Additionally, the Israeli Ministry of Health has decided to shorten the isolation days for positive cases from 10 to seven days if three days are without symptoms. 

The decision comes after the ministry conducted a test that showed the chance of infection after seven days is low.

12:34 p.m. ET, January 11, 2022

NY governor says some regions are concerned about hospital capacity, but case rates offer "glimmer of hope"

New York Gov. Kathy Hochul announced a new approach to dealing with lessening hospital capacity amid the rise in Covid-19 hospitalizations: pausing elective procedures on a regional basis in Central New York for the next two weeks.

“Hospital capacity is a concern of ours, because what’s happening is we have regions where vaccination rates are not what they should be, infection rates are going up and hospital systems are overtaxed,” Hochul said Tuesday. 

The three regions where hospitals will pause elected procedures include the Finger Lakes, Mohawk Valley and Central New York.

Under previous directives, hospitals with 10% less capacity would pause elective procedures; however, this new strategy expands to the neighboring hospitals. 

There were 12,540 hospitalizations across the state, according to recent data. 

However, the Covid-19 case rate is “slowing down,” Hochul said, adding that data shows “we might be cresting over that peak.”

In particular, New York City appears to be plateauing in case rates, she said. 

“We are not at the end,” Hochul said, “but this, to me, is a glimmer of hope.”

The state is also altering its approach to contact tracing. Health departments are no longer required to contact a Covid-positive patient, officials said. 

The state is “moving to more self-management and less active” approach in Covid-19 cases, and will offer isolation and quarantine guidance that will be made available online at ny.gov/isolation and ny.gov/quarantine beginning Wednesday, the state’s acting Department of Health Commissioner Mary T. Bassett said.

The state will also offer “clear guidance” for employers, Bassett said.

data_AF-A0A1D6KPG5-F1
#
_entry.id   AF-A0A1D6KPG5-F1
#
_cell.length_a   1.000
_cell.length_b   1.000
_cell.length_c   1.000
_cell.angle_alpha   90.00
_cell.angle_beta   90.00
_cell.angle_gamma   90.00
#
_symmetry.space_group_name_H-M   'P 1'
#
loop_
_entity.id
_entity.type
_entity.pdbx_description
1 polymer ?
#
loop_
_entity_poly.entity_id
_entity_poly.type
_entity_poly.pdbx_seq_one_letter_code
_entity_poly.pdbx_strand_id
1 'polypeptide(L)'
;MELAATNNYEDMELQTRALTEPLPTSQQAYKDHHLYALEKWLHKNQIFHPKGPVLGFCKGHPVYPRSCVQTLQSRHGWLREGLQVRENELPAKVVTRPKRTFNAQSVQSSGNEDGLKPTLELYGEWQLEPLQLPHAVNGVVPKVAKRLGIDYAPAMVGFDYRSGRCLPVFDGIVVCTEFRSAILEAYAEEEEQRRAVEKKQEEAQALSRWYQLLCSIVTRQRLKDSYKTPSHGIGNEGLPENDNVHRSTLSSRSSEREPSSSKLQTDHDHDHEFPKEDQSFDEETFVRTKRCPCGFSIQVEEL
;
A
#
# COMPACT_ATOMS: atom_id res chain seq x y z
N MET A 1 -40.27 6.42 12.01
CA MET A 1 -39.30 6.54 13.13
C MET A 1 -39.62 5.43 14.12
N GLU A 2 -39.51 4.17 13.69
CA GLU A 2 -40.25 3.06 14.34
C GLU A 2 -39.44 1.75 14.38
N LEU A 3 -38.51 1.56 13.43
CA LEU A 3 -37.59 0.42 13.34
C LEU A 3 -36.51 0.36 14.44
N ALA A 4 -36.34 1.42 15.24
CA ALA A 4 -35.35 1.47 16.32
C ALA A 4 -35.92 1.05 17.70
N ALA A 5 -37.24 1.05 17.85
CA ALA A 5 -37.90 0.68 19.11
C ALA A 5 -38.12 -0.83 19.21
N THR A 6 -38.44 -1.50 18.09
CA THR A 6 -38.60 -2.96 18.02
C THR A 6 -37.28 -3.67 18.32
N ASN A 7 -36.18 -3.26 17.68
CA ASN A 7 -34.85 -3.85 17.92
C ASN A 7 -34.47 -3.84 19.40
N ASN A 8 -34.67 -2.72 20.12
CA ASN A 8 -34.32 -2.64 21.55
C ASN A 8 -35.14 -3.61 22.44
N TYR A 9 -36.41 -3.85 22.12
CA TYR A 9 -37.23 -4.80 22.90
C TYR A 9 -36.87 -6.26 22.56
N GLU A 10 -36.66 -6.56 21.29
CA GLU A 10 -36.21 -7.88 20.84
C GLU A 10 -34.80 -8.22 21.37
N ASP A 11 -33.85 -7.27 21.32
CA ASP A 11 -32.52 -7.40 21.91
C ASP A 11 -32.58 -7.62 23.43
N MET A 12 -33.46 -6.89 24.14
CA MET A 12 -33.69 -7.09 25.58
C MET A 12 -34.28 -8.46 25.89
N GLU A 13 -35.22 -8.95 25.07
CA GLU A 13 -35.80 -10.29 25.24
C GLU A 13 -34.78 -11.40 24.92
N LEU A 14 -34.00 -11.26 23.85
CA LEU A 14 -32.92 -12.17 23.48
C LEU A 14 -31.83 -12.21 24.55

“We are going to be allowing counties to decide if they want to contact trace and leave that optional for them,” according to Hochul. 

“We have 12,000 new cases a day. It’s almost impossible to do contact tracing the way we have been in the past,” she added.

1:12 p.m. ET, January 11, 2022

Facebook's parent company delays return to office for US based employees

From CNN’s Brian Fung

Facebook headquarters is seen in Menlo Park, California, on October 28, 2021.
Facebook headquarters is seen in Menlo Park, California, on October 28, 2021. (Noah Berger/AFP/Getty Images)

Meta, the parent company of Facebook, is delaying its return to the office for US based employees until March 28, and will require proof of booster shots for in-office workers. The company already requires that in-office workers be vaccinated. 

Janelle Gale, vice president of Meta's human resources department, told CNN in a statement that the move is intended to give employees "more time to choose what works best for them."

"We're focused on making sure our employees continue to have choices about where they work given the current COVID-19 landscape," Gale said. "We understand that the continued uncertainty makes this a difficult time to make decisions about where to work."

Meta employees must decide by March 14 how they would like to continue working — whether in the office, full-time remote, or temporarily from home for another three to five months. 

12:13 p.m. ET, January 11, 2022